Legal considerations in the surrogacy process

Isabelle James
Surrogacy - word from wooden blocks with letters

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What Are My Surrogacy Options at Home and Abroad?

When you’re considering surrogacy as an intended parent, you may be weighing your options both at home and overseas. In this article, we review the legal issues that could impact this journey for you.

When you’re considering surrogacy,  as an intended parent, you may be weighing your options both at home and overseas. In this article, we review the legal issues that will assist you in making important decisions on the best way forward for you.

Surrogacy is legal in the UK, which means that intended parents can take advantage of a surrogacy process that is in most cases both safe and well-regulated. Finding a surrogate can be difficult, however, since commercial (for profit) surrogacy is prohibited. As a result, it’s becoming increasingly common for British-based couples to consider the surrogacy process in countries where there is greater availability of surrogates and commercial surrogacy is lawful.

As you might expect, there are more legal hurdles to jump through with international surrogacy than a domestic one. Understanding the differences can help you figure out which path might be best for your family.

Is surrogacy legal in the country I am considering?

Altruistic (non-profit) surrogacy is legal in the UK.  However,   the intended parents and the surrogate are well advised to consult a solicitor before the pregnancy.   Unfortunately,  the 30-year-old current law on surrogacy is out of step with the realities of surrogacy today as an accepted pathway to parenthood.  Inexplicably current law makes it unlawful for solicitors,  on a fee-paying basis, to draw up the crucial surrogacy agreement although general legal advice on surrogacy law is permitted.  You would be able to obtain help and a draft of surrogacy agreements from the voluntary organisations concerned with surrogacy – COTS or Surrogacy UK.  A surrogacy agreement records how the intended parents and the surrogate wish the surrogacy to proceed and set out everyone’s expectations throughout the pregnancy, including arrangements for handing over the baby at birth and payments for the surrogate’s expenses.

A surrogacy agreement is not enforceable by UK law. This means you are relying on each other to honour it. However, negotiating the agreement is a good opportunity to do some detailed planning before the pregnancy and make sure that your relationship is solid, which minimises the risk of future disputes.

Outside the UK, the picture is more complex. Surrogacy is only legal in a few countries, and in others, it may only be legal for married heterosexual couples. Establishing whether you are able to pursue surrogacy at all in particular countries will be the first step. If you are not sure, a surrogacy lawyer with expertise in your chosen country’s laws will be able to advise you.

Who are the legal parents?

A surrogate, whether in this country or abroad,  will be the child’s legal mother at birth under English law   This is even if the law in the foreign country is that both intended parents are named as the legal parents on the child’s foreign birth certificate and the surrogate not named as she is not the legal mother under that country’s surrogacy law. If the surrogate is married or in a civil partnership, the surrogate’s spouse or civil partner will be the child’s second parent at birth unless they did not consent to the surrogacy.  To transfer legal parenthood, to you, as the intended parents, you will need to apply to the court in this country for a parental order.   A parental order terminates the parental relationship of the surrogate and if appropriate her husband and gives full parental rights to the intended parents as if the child is their birth child.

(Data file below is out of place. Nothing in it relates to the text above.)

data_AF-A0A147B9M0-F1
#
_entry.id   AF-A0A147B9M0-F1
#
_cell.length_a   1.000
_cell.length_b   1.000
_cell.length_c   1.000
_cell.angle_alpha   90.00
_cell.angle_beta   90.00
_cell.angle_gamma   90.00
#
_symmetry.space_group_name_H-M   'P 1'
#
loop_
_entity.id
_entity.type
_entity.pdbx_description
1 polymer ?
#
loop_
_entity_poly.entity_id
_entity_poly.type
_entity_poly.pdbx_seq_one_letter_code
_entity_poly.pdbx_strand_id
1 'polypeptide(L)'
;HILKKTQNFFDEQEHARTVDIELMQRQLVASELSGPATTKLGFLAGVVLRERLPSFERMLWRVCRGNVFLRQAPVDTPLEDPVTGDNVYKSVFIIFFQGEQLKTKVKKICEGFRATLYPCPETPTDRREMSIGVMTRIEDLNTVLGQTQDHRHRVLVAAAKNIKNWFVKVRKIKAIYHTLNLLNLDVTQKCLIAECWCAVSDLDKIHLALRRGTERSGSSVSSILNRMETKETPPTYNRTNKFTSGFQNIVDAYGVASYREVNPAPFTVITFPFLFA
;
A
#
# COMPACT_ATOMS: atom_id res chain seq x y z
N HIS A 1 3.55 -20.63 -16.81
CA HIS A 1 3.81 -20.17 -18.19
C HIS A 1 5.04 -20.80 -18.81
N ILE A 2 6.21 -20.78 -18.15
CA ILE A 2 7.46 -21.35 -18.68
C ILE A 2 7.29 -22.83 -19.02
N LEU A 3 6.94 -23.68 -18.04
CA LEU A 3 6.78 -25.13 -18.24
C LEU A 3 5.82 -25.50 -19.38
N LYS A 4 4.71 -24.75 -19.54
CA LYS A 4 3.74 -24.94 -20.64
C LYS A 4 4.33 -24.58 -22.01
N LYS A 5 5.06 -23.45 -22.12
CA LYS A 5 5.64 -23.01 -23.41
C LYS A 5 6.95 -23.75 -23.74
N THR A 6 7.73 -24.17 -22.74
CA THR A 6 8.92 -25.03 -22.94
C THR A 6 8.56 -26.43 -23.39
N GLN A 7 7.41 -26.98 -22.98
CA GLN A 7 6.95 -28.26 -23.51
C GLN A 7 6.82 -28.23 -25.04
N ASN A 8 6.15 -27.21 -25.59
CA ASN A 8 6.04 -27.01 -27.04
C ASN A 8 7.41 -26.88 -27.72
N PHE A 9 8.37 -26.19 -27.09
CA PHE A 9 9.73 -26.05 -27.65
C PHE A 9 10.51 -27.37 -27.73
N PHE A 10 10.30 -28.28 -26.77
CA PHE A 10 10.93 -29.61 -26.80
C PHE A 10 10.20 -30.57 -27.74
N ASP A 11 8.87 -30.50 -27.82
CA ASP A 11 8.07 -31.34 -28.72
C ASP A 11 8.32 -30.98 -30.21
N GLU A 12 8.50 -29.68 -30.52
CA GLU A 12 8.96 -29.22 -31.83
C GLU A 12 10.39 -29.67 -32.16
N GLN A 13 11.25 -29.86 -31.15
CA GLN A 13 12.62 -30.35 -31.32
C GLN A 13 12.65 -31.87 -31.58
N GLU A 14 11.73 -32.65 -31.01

The law on who is the child’s legal father is more complex. If the child is biologically the child of the intended father and/or he is named on the child’s birth certificate as the father, he will be the legal father.  But this does not give him parental responsibility for the child.  He can only obtain parental responsibility for the making of an English parental order or another children’s law order in this country. If the surrogate is married,  as already explained, her husband will be the child’s legal father until a parental order is made here.

Proceedings for a parental order in a domestic surrogacy case should be a straightforward process, normally taking place in the magistrate’s court.   Serious disputes regarding parenthood are rare. If the birth mother refuses to give up the child, or the intended parents refuse to assume responsibility, the courts will make a decision based on the best interests of the child.

In an international surrogacy case the legal process to apply for a parental order is more complicated and lengthy and currently, these cases can only take place in the High Court.

Is the child a UK citizen?

The child is usually automatically a British citizen if they were born in the UK to a British parent.

Where the child is born outside the UK, immigration and nationality law may result in the child being an automatic British citizen, but this is not always the case, particularly where the legal father is not a British national.  In international surrogacy cases, it is always wise to seek specialist English nationality and immigration advice before embarking on the surrogacy arrangements.

Osbornes specialised and experienced team,  dealing with surrogacy, adoption and fertility law,  can hold your hand throughout the surrogacy process and reduce your stress and anxiety about pursuing this pathway to parenthood.

If you would like to speak to an adoption and surrogacy specialist, please call Isabelle James, or complete an online enquiry form.

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